## The Hamming metric

We've seen so far come simple examples of codes. What is needed is some notion of how to compare codewords. Geormetrically, two codewords are far'' from each other if there are a lot'' of coordinates where they differ. This notion is made more precide in the following definition.

Definition 3.3.4   If , are vectors in then we define

to be the Hamming distance between and . The function is called the Hamming metric. The weight of a vector (in the Hamming metric) is .

Note that

 (3.1)

for any vectors (or, more generally, any vectors in a linear code). Using this, it is easy to show that satisfies the properties of a metric:

• for all and if and only if .

• , for all .

• , for all .

Let and let

This is called the ball of radius about . Since is finite, this ball has only a finite number of elements. It is not hard to count them using a little bit of basic combinitorics. Since this count shall be needed later, we record it in the following result.

Lemma 3.3.5   If and then

proof: Let

This is called the shell of radius about . It is consists of all vectors with exactly coordinates different from . There are ways to choose out of coordinates. There are ways to choose these coordinates to be different from those in . Thus,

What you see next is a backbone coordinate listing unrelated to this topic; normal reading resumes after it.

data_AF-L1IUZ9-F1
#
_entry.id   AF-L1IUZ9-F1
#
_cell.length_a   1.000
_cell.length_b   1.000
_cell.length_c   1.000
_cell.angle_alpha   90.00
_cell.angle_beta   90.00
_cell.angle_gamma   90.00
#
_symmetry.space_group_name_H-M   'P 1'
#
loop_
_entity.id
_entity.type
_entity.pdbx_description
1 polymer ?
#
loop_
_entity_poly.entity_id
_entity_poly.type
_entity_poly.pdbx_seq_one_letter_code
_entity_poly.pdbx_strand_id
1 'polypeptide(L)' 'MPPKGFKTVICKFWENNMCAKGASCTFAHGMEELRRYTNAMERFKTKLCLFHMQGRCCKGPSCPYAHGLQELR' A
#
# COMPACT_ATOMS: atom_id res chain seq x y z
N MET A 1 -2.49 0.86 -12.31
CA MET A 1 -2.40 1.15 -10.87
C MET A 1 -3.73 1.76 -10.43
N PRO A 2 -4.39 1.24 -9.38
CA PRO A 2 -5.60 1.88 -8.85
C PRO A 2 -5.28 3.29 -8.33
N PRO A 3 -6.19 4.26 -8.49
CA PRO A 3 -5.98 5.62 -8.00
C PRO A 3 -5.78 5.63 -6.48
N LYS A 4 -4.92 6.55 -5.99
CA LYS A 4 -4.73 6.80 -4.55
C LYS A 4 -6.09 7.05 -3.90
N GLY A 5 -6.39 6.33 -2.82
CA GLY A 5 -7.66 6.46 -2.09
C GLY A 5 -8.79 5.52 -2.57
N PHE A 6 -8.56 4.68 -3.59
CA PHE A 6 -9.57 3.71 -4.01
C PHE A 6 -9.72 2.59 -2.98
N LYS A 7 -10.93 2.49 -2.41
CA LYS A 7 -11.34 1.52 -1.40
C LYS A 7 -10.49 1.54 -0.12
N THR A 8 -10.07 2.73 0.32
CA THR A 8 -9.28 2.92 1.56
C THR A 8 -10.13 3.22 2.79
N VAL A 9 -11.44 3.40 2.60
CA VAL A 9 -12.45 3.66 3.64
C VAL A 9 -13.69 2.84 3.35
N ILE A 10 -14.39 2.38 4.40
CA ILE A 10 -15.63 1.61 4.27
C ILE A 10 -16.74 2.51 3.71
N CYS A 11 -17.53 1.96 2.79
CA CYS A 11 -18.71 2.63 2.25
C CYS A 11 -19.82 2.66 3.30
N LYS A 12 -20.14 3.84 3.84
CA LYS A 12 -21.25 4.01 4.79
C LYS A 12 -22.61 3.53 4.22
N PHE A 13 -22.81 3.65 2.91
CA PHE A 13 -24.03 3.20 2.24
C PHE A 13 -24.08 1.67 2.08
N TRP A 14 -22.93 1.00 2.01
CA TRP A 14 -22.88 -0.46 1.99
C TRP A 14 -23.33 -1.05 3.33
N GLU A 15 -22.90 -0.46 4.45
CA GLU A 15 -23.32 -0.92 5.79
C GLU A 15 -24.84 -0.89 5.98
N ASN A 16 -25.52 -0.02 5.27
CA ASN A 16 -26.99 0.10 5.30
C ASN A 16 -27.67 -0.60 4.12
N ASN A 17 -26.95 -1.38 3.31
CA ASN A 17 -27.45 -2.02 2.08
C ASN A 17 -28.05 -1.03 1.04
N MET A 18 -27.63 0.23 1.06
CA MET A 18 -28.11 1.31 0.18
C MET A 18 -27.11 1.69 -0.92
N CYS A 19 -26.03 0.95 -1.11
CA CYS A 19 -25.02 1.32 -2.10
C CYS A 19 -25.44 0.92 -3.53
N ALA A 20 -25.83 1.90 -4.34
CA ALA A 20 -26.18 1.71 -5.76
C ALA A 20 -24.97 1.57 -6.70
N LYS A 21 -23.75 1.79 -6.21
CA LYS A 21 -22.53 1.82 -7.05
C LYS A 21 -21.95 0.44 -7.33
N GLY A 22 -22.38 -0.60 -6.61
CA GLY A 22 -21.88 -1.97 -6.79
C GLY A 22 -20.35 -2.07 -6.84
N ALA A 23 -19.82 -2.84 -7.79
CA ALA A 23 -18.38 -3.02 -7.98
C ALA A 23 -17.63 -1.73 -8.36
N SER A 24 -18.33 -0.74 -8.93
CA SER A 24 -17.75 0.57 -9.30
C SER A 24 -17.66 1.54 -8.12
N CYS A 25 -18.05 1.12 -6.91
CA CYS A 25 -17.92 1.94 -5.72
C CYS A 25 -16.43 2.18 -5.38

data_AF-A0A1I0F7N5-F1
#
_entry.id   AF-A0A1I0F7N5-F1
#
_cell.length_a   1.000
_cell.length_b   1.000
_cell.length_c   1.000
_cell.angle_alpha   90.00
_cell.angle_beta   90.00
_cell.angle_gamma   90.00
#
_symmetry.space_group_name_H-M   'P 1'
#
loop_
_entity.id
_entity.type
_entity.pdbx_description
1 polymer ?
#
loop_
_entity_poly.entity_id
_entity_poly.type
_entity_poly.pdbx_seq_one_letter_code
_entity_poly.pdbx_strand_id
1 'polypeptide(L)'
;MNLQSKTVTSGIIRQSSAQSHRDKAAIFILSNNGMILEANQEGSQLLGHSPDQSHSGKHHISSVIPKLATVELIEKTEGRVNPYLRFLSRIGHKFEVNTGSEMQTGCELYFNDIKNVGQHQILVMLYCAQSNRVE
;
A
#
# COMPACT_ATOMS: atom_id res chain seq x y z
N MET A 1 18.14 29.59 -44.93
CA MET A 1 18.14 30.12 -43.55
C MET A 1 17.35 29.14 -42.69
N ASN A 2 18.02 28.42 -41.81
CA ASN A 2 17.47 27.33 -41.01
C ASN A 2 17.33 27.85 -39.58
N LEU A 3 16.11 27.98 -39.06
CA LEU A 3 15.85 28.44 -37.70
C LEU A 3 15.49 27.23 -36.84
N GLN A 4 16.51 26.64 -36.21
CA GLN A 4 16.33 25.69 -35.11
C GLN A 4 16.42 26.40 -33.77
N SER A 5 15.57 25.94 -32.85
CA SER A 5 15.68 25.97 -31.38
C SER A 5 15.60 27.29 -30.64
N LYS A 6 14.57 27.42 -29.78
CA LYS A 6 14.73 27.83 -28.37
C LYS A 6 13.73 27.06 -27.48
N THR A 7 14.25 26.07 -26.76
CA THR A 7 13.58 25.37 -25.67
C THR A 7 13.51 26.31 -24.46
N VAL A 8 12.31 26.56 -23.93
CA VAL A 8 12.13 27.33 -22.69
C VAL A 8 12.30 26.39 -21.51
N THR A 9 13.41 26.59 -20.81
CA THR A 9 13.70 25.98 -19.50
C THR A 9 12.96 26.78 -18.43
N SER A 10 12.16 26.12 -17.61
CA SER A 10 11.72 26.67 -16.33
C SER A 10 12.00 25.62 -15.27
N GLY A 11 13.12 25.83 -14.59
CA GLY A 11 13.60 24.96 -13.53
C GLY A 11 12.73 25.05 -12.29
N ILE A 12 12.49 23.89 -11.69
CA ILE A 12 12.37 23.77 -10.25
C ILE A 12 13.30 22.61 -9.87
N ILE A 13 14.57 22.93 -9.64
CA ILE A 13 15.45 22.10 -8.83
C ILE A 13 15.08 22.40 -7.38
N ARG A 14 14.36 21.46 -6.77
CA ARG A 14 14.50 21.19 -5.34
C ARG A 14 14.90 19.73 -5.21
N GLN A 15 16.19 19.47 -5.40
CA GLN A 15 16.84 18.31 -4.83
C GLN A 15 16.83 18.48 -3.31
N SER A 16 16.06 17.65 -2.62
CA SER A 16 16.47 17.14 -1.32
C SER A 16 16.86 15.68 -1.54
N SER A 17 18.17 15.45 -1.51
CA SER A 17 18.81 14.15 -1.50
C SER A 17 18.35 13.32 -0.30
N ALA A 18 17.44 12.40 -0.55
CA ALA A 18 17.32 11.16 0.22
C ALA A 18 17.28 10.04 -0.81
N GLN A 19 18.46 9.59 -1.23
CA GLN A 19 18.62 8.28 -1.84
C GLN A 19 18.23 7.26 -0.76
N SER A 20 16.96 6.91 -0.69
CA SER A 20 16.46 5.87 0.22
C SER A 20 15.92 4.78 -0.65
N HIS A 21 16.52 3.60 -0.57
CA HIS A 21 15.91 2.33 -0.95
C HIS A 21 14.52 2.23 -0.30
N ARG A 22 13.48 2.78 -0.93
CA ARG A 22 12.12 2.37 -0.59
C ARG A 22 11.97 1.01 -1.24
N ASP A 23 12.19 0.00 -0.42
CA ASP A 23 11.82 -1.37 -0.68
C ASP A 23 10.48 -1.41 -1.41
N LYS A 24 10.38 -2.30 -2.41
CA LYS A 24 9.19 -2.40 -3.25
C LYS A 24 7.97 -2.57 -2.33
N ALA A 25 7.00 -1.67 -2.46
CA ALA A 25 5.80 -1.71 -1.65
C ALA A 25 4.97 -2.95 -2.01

Example 3.3.6   If and then

is called the ISBN code. This is an -ary linear code of length . This is the same code used in book numbering except that the number is denoted by on the inside cover of a book.

For example, and are code words. Their Hamming distance is .

Example 3.3.7   The U. S. Post Office puts a bar code on each letter to help with its delivery. What are these funny symbols? Translated into digits, they are given in the following table.

 number bar code 1 | | | | | 2 | | | | | 3 | | | | | 4 | | | | | 5 | | | | | 6 | | | | | 7 | | | | | 8 | | | | | 9 | | | | | 0 | | | | |

Each word'' in the postal bar-code has 12 digits, each digit being represented by short bars (we regard as a 0 ) and longer bars (which are regarded as a ), as above. The 12 digits are interpreted as follows: The first 5 digits are your zip code, the next 4 digits are the extended zip code, the next 2 digits are the delivery point digits, and the last digit is a check digit (all the digits must add to 0 mod ).

For example, suppose that after translating the bars into digits, you found that the postal code on an envelope was , where indicates a digit which was smudged so you couldn't read it. Since the sum must be 0 mod , we must have .

Definition 3.3.8   The weight distribution vector of a code is the vector

where denote the number of codewords in of weight . Note that for an linear code , , since any vector space must contain the zero vector.

Example 3.3.9   In Example 3.3.2, the code has weight distribution vector .

david joyner 2008-04-20